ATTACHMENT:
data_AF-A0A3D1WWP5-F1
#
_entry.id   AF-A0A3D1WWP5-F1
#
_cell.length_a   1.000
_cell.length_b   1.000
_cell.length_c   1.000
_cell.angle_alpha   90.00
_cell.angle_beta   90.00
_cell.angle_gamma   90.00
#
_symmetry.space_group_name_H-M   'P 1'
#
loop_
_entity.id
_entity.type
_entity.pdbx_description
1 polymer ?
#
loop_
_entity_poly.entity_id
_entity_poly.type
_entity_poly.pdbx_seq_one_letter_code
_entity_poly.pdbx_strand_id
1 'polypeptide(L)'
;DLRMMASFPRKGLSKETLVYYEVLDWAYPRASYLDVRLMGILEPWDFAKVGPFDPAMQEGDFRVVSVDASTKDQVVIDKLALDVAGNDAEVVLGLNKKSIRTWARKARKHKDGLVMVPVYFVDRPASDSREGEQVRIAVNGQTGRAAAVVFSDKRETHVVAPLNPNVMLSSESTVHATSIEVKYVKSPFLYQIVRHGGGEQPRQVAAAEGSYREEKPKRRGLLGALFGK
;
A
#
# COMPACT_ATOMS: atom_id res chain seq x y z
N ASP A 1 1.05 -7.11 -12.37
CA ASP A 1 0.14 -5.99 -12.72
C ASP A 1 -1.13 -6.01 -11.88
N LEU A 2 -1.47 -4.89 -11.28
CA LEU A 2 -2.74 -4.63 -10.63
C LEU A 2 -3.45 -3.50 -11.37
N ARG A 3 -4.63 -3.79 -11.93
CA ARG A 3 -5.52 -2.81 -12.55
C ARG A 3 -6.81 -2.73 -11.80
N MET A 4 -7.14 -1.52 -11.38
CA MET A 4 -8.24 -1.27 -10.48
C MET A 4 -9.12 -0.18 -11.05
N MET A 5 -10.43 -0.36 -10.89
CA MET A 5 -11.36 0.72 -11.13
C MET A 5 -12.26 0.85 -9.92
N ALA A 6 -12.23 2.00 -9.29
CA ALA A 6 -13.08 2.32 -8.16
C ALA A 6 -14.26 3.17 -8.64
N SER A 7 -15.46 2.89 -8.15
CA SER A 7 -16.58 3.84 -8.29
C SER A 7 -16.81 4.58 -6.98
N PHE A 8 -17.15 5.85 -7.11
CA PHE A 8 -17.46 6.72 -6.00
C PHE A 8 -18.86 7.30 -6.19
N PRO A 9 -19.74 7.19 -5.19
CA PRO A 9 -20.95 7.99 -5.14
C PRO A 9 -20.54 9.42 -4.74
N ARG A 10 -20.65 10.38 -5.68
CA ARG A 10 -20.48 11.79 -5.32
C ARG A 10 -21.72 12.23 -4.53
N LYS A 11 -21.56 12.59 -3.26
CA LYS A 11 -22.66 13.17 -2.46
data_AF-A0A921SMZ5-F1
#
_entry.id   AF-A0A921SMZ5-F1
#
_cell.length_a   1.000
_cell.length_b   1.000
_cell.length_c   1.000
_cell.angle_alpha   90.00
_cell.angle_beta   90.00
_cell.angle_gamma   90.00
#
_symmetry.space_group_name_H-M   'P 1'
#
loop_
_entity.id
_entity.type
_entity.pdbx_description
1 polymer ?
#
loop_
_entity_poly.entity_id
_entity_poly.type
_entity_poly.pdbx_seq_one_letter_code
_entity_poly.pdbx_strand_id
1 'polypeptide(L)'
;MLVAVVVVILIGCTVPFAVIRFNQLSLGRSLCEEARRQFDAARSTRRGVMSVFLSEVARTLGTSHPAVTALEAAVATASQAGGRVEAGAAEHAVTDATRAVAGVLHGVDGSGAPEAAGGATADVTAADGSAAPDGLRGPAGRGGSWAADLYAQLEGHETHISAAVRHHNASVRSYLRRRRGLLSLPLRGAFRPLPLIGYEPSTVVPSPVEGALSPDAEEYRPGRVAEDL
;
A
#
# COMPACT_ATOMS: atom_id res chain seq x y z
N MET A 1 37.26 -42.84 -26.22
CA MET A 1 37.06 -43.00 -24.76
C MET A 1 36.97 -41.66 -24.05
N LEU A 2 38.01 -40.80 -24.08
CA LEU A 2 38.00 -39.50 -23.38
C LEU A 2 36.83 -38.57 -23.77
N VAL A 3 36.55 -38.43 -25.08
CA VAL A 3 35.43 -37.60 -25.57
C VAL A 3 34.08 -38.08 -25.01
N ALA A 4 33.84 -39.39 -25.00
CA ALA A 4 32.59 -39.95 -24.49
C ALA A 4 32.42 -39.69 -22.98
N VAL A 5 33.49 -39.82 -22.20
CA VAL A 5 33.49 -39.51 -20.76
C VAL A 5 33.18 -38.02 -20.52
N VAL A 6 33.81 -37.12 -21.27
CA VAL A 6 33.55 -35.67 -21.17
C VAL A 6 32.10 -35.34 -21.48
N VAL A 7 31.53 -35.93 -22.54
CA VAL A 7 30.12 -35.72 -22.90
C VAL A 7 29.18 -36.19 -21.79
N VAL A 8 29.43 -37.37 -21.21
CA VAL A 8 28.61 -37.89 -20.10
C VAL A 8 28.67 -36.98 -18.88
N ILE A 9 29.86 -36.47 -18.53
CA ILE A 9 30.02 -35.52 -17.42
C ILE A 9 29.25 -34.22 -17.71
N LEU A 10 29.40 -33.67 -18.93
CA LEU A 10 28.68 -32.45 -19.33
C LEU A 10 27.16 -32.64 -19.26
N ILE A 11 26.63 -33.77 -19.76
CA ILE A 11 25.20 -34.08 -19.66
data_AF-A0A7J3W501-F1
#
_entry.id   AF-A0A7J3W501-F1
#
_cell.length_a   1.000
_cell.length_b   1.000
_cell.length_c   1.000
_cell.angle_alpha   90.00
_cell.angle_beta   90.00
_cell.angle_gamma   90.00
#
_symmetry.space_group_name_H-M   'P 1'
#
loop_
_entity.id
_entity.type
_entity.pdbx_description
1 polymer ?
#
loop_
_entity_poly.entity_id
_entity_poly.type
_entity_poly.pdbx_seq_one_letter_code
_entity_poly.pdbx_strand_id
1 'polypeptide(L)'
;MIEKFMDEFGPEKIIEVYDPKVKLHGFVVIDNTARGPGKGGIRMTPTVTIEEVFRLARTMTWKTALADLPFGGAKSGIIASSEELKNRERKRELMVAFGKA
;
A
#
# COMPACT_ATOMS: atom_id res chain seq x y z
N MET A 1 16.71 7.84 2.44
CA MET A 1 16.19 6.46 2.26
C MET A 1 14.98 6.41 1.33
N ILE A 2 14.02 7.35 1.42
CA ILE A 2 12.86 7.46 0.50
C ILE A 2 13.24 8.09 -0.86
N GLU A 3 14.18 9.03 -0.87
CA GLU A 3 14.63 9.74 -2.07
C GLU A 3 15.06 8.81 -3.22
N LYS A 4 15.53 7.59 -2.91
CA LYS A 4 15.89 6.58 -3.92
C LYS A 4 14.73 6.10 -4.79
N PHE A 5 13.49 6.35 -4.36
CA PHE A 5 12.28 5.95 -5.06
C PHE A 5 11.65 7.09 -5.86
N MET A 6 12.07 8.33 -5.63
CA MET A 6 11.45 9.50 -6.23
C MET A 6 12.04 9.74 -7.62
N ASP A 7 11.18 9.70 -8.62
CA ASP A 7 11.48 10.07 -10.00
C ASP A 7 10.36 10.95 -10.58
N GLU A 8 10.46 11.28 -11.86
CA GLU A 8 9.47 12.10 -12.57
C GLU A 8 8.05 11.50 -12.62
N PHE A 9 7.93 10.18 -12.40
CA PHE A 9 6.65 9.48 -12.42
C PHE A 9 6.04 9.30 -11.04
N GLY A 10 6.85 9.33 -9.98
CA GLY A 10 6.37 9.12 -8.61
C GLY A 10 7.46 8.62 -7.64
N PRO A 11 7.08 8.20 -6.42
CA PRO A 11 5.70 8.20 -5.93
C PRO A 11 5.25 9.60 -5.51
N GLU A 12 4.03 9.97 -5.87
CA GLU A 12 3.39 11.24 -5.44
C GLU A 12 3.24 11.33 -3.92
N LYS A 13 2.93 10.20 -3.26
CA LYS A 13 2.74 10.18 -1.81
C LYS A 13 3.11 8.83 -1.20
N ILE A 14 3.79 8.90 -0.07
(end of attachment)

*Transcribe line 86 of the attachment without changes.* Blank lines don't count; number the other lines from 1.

_entity_poly.pdbx_strand_id